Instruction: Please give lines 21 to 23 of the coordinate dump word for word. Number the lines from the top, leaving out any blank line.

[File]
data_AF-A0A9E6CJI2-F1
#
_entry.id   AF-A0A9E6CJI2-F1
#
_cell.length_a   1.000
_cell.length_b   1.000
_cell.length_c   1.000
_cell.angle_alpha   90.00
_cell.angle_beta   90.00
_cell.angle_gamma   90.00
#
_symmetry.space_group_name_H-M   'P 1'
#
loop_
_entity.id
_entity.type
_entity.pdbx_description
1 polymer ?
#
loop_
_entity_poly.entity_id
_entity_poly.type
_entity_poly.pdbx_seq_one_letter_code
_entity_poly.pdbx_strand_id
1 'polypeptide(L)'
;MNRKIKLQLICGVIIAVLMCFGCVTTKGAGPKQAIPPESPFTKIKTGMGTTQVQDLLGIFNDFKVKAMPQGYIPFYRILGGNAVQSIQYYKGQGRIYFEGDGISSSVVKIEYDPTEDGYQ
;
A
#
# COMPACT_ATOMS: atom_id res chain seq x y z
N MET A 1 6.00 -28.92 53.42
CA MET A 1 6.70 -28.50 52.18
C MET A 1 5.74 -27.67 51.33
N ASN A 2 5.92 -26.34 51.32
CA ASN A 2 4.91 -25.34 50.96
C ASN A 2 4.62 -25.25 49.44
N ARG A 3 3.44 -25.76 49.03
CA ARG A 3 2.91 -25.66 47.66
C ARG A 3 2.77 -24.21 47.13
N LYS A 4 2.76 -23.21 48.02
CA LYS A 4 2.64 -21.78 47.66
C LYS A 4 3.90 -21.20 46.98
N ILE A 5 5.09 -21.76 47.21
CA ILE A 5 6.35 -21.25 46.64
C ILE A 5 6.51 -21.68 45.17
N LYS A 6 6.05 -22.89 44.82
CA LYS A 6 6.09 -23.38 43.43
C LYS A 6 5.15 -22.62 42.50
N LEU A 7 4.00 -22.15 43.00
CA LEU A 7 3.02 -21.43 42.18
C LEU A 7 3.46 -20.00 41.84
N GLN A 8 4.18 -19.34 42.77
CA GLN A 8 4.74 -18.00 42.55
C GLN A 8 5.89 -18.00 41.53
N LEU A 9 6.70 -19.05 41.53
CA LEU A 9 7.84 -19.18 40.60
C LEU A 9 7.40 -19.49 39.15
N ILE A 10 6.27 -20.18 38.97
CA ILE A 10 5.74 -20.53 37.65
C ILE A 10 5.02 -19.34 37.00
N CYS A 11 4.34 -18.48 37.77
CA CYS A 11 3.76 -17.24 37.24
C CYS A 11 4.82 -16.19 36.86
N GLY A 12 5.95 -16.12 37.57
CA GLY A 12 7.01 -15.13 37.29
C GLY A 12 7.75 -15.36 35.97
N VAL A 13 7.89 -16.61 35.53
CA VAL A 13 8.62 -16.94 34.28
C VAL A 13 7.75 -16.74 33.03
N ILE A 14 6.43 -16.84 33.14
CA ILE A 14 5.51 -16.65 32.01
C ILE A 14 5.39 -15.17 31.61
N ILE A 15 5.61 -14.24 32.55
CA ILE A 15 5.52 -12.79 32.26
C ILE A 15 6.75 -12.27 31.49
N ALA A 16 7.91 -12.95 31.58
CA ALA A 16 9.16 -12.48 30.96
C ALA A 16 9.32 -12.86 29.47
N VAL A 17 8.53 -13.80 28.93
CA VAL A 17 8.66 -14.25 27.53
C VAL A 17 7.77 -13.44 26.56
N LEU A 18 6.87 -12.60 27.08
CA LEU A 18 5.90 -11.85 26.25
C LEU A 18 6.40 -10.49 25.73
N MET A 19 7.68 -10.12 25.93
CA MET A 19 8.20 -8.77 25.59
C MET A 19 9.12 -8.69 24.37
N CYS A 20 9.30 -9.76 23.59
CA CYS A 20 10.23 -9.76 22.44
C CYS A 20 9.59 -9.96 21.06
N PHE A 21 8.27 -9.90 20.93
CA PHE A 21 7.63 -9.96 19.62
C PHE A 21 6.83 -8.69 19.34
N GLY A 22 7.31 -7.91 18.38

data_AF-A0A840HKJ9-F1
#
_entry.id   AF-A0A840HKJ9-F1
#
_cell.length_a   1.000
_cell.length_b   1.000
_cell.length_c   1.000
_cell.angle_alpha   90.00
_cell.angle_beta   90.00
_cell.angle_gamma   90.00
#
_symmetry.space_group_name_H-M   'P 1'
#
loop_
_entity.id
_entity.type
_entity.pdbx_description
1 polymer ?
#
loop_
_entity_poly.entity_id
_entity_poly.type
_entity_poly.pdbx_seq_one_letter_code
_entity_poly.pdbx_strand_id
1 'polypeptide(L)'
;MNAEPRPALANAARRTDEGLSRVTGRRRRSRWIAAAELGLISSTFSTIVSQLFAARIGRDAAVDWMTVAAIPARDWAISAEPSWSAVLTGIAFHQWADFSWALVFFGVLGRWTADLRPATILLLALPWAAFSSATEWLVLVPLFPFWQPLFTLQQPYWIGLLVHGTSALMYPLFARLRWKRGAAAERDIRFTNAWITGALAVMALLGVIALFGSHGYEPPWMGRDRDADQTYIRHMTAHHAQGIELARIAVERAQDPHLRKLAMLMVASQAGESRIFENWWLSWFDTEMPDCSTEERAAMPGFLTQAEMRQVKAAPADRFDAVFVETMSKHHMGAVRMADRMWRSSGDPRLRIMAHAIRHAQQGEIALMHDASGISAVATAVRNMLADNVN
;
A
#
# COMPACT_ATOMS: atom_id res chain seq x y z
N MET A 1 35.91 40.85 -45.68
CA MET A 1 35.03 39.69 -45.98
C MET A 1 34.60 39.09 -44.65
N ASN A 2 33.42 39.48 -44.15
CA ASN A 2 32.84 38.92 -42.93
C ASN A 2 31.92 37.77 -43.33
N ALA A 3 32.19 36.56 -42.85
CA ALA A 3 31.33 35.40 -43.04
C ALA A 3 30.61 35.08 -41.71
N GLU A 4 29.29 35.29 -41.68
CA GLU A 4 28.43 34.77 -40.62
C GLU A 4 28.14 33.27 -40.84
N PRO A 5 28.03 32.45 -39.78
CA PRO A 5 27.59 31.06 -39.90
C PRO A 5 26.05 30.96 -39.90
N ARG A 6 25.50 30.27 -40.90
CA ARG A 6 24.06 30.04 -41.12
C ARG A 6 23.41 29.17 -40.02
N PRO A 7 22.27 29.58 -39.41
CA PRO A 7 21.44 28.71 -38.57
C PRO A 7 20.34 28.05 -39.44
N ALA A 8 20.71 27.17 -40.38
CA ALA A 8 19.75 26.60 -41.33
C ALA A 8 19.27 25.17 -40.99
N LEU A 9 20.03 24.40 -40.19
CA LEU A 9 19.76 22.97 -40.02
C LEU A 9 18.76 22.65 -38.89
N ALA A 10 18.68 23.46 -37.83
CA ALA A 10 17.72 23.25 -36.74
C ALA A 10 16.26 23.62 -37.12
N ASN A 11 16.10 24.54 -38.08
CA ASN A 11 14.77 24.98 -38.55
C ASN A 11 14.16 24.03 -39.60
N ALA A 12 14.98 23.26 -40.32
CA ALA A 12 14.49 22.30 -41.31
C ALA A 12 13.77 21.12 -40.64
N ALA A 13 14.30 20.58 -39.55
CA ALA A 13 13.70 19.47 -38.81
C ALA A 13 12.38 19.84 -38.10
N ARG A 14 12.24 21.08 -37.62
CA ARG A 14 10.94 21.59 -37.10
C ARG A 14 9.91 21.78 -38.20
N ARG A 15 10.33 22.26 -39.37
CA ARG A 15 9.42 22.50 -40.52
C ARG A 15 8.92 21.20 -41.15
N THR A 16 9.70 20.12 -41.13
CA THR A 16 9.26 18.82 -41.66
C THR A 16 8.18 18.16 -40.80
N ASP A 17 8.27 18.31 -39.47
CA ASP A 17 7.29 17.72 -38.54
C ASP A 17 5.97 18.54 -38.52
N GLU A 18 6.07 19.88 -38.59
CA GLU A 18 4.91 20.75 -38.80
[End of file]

_entity_poly.entity_id
_entity_poly.type
_entity_poly.pdbx_seq_one_letter_code